• Wednesday, June 12, 2024
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Good people make good business

Good people make good business

By The Law Society Gazette

The concepts of ‘people’ and ‘business’ are not mutually exclusive. Business is people. People work in business and people are clients of business. But simplistically, business is about money. Focusing business on people from the get-go will boost the business.

Starting any business is a daunting task. In law, it can be daunting and quite lonely Unfortunately, there’s little mentorship support for solicitors in the legal profession who branch out on their own.

But in truth, people really want to help. This sort of stubbornness can be a stumbling block for those going on their own – it was certainly one of the biggest challenges I faced, initially.

People priority

While starting and growing a business is made up of many big and small facets, the foundation of it all is your people. The legal profession is in essence, a service industry. We’re dealing day to day with people and their sensitive and often complex issues.

Perhaps the best advice I ever got was from a mentor who told me to surround myself with positive and supportive people. It sounds cheesy, but think about it: You spend much of your life at work with peers and colleagues. And in business, time is precious.

It’s really important to create an environment of supportive people who will seek to help you rise and engender a positive energy of growth. Growth for the business, but also personal growth. Positive energy is an incredibly powerful force and one that’s contagious.

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The business aspects benefit from a supportive team, but this is an industry that provides a service that’s very much about people. We often delve into delicate human issues and an element of care and empathy goes a long way to build a good, trusting client base.

As part of this, it’s important to treat each case that comes in as our own personal case. We’ve seen how this has positively affected our reputation as we continue to grow and attract clients from bigger and older firms, as well as gaining industry recognition.

Strategic striving

In any business, it’s essential to develop a clear strategy and set of values, with a well-articulated outline of the current environment as well as the future direction.

Not only does this need to be communicated to staff, but all employees should be engaged to contribute. The brand should encapsulate the ethos, and the business should live and breathe those principles.

A strategy must have a strong vision, mission, and clear objectives, that are specific, measurable, attainable, realistic, and time-bound. The legal profession in particular has so many areas of expertise, that defining clear areas of specialisation is important.

If a strong strategy is led by an effective leader, you’ve got the basis for positive growth.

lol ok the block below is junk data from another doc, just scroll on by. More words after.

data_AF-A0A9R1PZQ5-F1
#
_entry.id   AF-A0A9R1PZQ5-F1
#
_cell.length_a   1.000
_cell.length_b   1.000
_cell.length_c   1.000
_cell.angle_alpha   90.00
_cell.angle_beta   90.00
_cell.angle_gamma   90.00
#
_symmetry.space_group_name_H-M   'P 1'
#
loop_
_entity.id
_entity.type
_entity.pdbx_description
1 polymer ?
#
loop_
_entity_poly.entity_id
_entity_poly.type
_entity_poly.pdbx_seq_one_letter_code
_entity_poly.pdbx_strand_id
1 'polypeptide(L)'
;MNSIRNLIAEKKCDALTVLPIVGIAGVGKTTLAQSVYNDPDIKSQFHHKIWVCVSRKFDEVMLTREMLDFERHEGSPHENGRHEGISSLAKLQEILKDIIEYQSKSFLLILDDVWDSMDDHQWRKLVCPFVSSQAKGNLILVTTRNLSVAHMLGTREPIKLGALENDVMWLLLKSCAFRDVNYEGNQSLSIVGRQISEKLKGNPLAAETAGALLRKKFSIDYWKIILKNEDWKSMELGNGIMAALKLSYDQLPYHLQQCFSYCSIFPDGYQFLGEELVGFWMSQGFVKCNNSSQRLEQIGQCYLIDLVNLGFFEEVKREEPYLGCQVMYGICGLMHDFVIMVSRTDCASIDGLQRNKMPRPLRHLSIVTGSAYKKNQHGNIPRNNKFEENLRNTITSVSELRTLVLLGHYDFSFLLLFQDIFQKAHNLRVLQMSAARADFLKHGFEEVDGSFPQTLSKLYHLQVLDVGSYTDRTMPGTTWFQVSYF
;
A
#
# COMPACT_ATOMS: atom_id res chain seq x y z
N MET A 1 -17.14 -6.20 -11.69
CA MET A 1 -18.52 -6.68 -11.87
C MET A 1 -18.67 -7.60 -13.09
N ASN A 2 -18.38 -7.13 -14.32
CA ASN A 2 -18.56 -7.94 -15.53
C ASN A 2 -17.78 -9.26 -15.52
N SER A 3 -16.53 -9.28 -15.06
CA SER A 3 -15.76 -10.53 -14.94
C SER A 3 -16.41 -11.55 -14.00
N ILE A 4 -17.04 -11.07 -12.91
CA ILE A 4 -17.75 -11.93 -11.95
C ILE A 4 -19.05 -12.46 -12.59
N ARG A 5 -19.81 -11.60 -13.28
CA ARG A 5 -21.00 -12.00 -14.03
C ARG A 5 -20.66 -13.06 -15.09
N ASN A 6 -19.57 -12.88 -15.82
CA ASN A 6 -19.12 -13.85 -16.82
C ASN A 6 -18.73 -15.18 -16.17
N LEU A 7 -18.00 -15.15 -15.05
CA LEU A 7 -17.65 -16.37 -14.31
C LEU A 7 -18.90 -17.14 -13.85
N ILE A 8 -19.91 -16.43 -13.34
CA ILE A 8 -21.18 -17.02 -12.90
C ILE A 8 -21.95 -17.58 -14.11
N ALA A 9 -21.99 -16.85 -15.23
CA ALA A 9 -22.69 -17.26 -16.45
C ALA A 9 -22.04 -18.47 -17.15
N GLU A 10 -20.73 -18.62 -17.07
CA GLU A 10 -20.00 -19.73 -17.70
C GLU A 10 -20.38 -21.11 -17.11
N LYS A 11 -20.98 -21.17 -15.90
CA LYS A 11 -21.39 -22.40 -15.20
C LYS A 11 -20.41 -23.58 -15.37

A well-communicated strategy will ensure everyone is pulling in the same direction, and bottom-line growth is inevitable.

Technology as a facilitator

Businesses need to create efficiencies through the exploitation of technology, and the pandemic really brought that home and accelerated tech adoption. It makes sense to automate repetitive tasks for greater productivity and reduce the workload of mindless tasks.

As an enabler, technology is a useful tool for communication, both internally within the business, and outward facing, to clients and potential clients. While technology is a great facilitator, it’s only that.

The backbone, a good communication strategy, is key to keeping channels open in every direction, and growing a people-centric approach to business.

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While the law is still heavily paper-based in some respects, technological transformation can happen across the business, as the pandemic taught us. Remote working is an incentive towards better working conditions, but also for client reach. Tools like Zoom have been great for the legal profession, where the cogs of our business are client meetings.

Technology can facilitate a people focus, both for staff and for your client base.

Recruiting an attitude

Growing a team is about picking people who will be a good fit in more ways than just qualifications or intellect. I rarely hire someone based on intellect alone. Knowledge will come; I mainly hire based on attitude, caring and empathic qualities as these are vital to your connection with a client.

As an organisation, you’ll be a more desirable workplace if people are your focus. Not just from what they bring with them, but also from what you as an organisation can offer. If you’re a desirable workplace, you’ll attract a more desirable workforce. It becomes a beautiful ecology (and economy).

Caring for staff’s mental health has a direct impact on the bottom line. Current research (2022) says that mental health issues are costing the UK economy more than £118 billion annually, according to the Mental Health Foundation and the London School of Economics and Political Science (LSE). This is equivalent to around 5% of the UK’s GDP. Around 72% of the cost of this is because of lost productivity of people living with mental health conditions.

The Mental Health Foundation poses a strong economic case in its report for investing in the prevention of mental health conditions. Employees who have good mental health are a boon in any organisation for myriad obvious reasons, and the economic knock-on is clear.

Originally published by The Law Society Gazette